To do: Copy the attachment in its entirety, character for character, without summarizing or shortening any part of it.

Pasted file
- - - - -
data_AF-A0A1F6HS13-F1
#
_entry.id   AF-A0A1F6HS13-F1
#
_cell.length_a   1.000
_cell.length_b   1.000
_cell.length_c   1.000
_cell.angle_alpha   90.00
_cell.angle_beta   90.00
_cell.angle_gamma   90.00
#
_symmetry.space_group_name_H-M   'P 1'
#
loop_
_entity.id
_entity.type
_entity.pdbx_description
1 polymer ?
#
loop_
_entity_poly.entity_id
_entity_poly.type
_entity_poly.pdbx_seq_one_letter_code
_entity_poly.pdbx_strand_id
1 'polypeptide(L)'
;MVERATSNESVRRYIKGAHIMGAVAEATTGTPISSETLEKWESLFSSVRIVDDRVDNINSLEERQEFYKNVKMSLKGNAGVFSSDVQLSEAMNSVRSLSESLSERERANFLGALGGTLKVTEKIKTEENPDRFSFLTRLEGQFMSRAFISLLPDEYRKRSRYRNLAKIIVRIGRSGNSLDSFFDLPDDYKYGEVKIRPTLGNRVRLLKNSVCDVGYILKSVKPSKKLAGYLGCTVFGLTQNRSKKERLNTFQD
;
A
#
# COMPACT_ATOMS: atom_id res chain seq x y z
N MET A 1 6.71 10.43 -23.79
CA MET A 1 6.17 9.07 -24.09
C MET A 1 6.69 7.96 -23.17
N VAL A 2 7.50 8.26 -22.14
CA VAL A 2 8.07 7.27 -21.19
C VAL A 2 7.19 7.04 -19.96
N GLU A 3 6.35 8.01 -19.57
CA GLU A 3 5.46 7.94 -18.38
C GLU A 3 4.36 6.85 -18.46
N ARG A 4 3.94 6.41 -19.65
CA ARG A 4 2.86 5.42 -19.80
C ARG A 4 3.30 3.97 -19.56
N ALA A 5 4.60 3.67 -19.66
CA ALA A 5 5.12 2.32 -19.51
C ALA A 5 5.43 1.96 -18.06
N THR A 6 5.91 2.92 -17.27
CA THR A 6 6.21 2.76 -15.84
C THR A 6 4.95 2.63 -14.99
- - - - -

data_AF-A0A1F6HS13-F1
#
_entry.id   AF-A0A1F6HS13-F1
#
_cell.length_a   1.000
_cell.length_b   1.000
_cell.length_c   1.000
_cell.angle_alpha   90.00
_cell.angle_beta   90.00
_cell.angle_gamma   90.00
#
_symmetry.space_group_name_H-M   'P 1'
#
loop_
_entity.id
_entity.type
_entity.pdbx_description
1 polymer ?
#
loop_
_entity_poly.entity_id
_entity_poly.type
_entity_poly.pdbx_seq_one_letter_code
_entity_poly.pdbx_strand_id
1 'polypeptide(L)'
;MVERATSNESVRRYIKGAHIMGAVAEATTGTPISSETLEKWESLFSSVRIVDDRVDNINSLEERQEFYKNVKMSLKGNAGVFSSDVQLSEAMNSVRSLSESLSERERANFLGALGGTLKVTEKIKTEENPDRFSFLTRLEGQFMSRAFISLLPDEYRKRSRYRNLAKIIVRIGRSGNSLDSFFDLPDDYKYGEVKIRPTLGNRVRLLKNSVCDVGYILKSVKPSKKLAGYLGCTVFGLTQNRSKKERLNTFQD
;
A
#
# COMPACT_ATOMS: atom_id res chain seq x y z
N MET A 1 6.71 10.43 -23.79
CA MET A 1 6.17 9.07 -24.09
C MET A 1 6.69 7.96 -23.17
N VAL A 2 7.50 8.26 -22.14
CA VAL A 2 8.07 7.27 -21.19
C VAL A 2 7.19 7.04 -19.96
N GLU A 3 6.35 8.01 -19.57
CA GLU A 3 5.46 7.94 -18.38
C GLU A 3 4.36 6.85 -18.46
N ARG A 4 3.94 6.41 -19.65
CA ARG A 4 2.86 5.42 -19.80
C ARG A 4 3.30 3.97 -19.56
N ALA A 5 4.60 3.67 -19.66
CA ALA A 5 5.12 2.32 -19.51
C ALA A 5 5.43 1.96 -18.06
N THR A 6 5.91 2.92 -17.27
CA THR A 6 6.21 2.76 -15.84
C THR A 6 4.95 2.63 -14.99